Latin American operator LATAM Airlines Group is expecting to exceed pre-crisis revenues next year, and has hiked annual cost-saving estimates to more than $1 billion, in a revised business outlook as it prepares to exit US Chapter 11 protection.
Its new five-year forecast sees the operator’s revenues reaching nearly $11.5 billion in 2023, increasing to $13.9 billion in 2027.
Operational cash-flow will reach more than $2 billion next year. The company is projecting EBIT of $643 million in 2023, rising to more than $1 billion the following year and then progressing with a steady annual increase.
The company claims it will emerge from Chapter 11 protection “stronger than ever”.
It has cut its full-time workforce by some 12,000 positions – more than a quarter from 2019 levels – in order to slash its ex-fuel unit costs, renegotiated around 1,000 contracts and rejected those which are non-competitive.
LATAM states that its overall revised capacity plan is based on recovery in market demand being 5% higher than assumed in its previous version.
It projects that international traffic will return to 2019 levels by mid-2023, pointing out that this sector accounted for some 45% of revenues prior to the pandemic. By 2027 passenger traffic in the long-haul market, including demand associated with the Delta Air Lines joint venture, will be 21% above pre-crisis figures.
But international traffic recovery will still lag that of regional operations, which LATAM forecasts to rebound by the fourth quarter of this year – about a year ahead of previous expectations.
LATAM also predicts that all its domestic markets will reach pre-crisis figures by the end of this year. Colombia has already recovered, with Brazil and Ecuador set to return in the third quarter, followed by Chile and Peru in the fourth.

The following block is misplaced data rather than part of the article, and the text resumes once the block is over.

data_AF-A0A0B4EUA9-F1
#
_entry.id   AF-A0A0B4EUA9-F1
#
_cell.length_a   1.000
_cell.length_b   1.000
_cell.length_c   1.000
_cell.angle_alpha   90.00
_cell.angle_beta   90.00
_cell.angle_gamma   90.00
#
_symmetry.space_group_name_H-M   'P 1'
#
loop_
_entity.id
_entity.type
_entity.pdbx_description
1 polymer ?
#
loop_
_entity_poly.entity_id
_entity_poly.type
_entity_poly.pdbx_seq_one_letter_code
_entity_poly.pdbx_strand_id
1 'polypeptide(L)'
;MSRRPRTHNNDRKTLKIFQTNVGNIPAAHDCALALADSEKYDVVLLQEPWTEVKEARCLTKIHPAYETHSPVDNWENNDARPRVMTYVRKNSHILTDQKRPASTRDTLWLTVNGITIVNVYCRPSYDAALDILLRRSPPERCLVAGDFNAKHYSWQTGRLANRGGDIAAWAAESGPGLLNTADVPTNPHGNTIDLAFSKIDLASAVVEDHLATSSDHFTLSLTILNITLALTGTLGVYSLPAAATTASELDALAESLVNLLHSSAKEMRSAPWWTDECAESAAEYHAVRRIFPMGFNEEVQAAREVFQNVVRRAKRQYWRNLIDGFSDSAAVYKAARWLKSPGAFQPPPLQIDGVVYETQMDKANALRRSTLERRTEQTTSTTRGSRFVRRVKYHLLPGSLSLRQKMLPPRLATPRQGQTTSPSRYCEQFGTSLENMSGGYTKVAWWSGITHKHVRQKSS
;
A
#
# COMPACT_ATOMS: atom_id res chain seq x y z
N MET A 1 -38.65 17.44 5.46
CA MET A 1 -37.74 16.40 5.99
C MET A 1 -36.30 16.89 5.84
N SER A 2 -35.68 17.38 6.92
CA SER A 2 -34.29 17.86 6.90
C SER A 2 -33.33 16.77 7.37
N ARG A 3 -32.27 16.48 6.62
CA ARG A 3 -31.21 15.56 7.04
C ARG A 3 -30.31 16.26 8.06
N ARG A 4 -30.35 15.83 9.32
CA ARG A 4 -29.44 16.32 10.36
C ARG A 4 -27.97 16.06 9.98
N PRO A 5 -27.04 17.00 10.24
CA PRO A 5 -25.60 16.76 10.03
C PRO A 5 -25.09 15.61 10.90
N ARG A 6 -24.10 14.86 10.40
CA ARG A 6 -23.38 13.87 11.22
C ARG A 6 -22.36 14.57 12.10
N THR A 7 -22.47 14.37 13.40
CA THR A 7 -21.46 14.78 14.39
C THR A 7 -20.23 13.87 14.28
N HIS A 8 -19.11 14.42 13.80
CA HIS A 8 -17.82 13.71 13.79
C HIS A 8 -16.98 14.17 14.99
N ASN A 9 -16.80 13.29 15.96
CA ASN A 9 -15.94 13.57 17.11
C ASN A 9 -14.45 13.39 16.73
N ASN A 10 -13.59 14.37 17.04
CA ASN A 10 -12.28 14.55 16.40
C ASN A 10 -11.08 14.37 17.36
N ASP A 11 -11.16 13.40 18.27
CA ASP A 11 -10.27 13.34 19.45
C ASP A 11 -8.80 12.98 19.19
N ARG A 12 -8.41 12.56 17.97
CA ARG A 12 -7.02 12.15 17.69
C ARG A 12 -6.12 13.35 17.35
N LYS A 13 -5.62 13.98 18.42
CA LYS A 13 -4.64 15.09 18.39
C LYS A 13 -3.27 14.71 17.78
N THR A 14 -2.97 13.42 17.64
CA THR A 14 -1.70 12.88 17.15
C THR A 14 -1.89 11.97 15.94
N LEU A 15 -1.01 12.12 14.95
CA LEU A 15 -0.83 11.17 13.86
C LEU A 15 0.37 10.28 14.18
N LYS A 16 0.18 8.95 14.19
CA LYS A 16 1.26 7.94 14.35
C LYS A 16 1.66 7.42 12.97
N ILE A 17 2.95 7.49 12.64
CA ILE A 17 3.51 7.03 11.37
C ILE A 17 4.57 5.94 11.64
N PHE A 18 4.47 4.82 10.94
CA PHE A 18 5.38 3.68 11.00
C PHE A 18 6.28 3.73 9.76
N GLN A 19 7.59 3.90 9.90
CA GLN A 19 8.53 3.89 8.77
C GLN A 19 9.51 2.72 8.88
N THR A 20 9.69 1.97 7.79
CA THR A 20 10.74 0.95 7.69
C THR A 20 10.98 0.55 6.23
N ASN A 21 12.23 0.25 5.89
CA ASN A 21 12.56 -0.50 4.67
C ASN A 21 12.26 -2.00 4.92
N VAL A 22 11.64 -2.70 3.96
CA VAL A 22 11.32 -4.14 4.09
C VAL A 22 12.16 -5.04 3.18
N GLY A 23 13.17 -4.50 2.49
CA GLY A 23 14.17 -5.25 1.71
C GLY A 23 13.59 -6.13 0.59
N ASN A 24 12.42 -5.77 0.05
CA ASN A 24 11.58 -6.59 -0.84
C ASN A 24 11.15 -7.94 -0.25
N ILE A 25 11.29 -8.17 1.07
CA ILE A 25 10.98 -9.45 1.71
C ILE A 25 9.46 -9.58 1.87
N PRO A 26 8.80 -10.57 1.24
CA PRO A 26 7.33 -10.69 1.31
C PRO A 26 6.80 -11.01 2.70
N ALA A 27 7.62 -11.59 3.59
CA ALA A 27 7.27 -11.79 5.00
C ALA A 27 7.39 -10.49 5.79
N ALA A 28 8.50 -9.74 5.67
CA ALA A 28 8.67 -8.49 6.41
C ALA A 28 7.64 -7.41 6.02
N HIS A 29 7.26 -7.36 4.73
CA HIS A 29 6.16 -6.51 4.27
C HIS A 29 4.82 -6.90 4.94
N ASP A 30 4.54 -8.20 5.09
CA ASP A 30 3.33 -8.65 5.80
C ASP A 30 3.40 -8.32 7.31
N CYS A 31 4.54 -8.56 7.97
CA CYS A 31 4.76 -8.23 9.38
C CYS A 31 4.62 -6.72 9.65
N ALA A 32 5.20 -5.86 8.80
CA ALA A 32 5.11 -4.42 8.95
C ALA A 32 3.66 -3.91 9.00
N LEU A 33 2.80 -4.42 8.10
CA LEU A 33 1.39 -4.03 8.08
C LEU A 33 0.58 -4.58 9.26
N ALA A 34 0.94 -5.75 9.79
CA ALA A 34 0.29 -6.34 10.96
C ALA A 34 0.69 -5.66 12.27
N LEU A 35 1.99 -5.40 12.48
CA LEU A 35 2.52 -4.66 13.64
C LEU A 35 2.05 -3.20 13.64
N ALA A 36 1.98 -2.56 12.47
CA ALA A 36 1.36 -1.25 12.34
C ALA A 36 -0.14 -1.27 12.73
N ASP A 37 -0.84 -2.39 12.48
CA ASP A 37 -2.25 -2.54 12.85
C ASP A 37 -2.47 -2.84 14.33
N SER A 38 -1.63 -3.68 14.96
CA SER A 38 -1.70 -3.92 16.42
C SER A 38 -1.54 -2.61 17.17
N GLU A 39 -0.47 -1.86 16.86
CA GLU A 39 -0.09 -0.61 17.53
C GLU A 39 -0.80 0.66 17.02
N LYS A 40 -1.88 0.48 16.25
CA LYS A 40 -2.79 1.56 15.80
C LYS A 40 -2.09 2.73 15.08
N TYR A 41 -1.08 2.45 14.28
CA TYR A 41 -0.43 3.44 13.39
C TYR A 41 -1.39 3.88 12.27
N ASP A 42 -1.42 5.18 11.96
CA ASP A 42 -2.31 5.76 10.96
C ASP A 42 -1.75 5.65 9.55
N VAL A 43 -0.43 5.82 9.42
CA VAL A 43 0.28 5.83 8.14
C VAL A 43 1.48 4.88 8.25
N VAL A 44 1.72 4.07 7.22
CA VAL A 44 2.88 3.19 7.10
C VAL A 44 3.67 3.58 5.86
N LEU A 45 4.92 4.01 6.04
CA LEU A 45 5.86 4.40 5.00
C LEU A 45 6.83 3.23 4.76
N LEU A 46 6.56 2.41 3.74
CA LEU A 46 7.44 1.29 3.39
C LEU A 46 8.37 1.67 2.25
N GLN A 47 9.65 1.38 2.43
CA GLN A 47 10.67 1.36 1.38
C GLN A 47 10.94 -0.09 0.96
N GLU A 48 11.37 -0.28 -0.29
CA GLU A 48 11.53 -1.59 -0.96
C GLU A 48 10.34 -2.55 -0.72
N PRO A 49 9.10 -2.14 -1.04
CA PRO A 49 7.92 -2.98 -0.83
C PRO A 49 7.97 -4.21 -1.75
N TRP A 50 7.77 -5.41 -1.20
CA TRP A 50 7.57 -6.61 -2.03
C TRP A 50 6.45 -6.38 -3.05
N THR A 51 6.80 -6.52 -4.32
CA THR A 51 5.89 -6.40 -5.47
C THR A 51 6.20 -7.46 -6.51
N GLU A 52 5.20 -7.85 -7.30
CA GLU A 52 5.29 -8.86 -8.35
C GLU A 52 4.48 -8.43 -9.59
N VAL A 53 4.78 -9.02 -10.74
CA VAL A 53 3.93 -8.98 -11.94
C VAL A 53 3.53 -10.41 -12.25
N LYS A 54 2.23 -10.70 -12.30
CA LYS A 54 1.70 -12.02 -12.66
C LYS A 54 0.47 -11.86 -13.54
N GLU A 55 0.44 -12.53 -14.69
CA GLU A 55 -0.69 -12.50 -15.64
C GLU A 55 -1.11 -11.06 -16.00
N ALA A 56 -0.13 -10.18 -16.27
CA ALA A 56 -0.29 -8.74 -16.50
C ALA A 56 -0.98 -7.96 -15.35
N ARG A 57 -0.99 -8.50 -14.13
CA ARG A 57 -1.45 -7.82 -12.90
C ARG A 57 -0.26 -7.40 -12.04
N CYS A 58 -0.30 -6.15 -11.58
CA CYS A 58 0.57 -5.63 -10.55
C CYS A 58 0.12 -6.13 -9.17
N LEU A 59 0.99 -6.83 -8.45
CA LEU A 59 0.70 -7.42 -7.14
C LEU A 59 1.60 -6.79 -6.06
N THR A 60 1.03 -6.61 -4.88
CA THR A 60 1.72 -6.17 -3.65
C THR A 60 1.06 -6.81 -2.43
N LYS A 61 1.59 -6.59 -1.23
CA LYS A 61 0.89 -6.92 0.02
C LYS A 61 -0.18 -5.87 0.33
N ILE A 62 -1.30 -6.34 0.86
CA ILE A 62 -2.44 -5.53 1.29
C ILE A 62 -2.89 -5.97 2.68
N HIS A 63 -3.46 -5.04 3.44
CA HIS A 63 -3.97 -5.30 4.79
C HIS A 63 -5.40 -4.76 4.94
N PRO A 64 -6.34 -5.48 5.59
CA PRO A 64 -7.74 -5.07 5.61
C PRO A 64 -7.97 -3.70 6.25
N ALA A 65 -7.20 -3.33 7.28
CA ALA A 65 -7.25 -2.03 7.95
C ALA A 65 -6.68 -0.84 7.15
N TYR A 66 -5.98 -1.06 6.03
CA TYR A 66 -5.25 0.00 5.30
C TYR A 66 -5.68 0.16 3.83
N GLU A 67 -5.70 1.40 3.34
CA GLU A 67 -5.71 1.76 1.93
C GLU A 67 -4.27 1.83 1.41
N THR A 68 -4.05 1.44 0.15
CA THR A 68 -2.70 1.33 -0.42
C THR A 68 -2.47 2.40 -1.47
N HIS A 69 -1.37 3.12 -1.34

This track brings forward the overall average domestic recovery projection from the fourth to the third quarter.
“Our updated business plan reflects how LATAM is better prepared to face future challenges, with a more competitive and flexible cost structure, a more complete offering for customers and important progress towards more sustainable aviation,” says group chief Roberto Alvo.
The company says it has been negotiating usage-based terms for the “majority” of its fleet, and securing reductions in lease rates.
LATAM is rationalising its fleet, having reduced it from 341 to 301 aircraft, and expects to have 306 by the end of the year.
It refers in its plan to fleet simplification, including the withdrawal of its 13 Airbus A350s and consolidation of its Brazilian operation with Boeing 777s and 787s. Removal of older Airbus A319s and A320s have also reduced LATAM’s single-aisle total.
The company forecasts a fleet of 326 by 2027, comprising 61 long-haul, 246 single-aisle, and 19 freighter aircraft.
LATAM has halved its passenger Boeing 767 fleet to 15 but is converting a number of 767 airframes to freighters.
Cargo is a crucial part of the operator’s activity. It expects cargo capacity to rise by close to 40% above pre-crisis level over the next five years as its expanding freighter fleet is supplemented by belly capacity in the recovering long-haul passenger sector.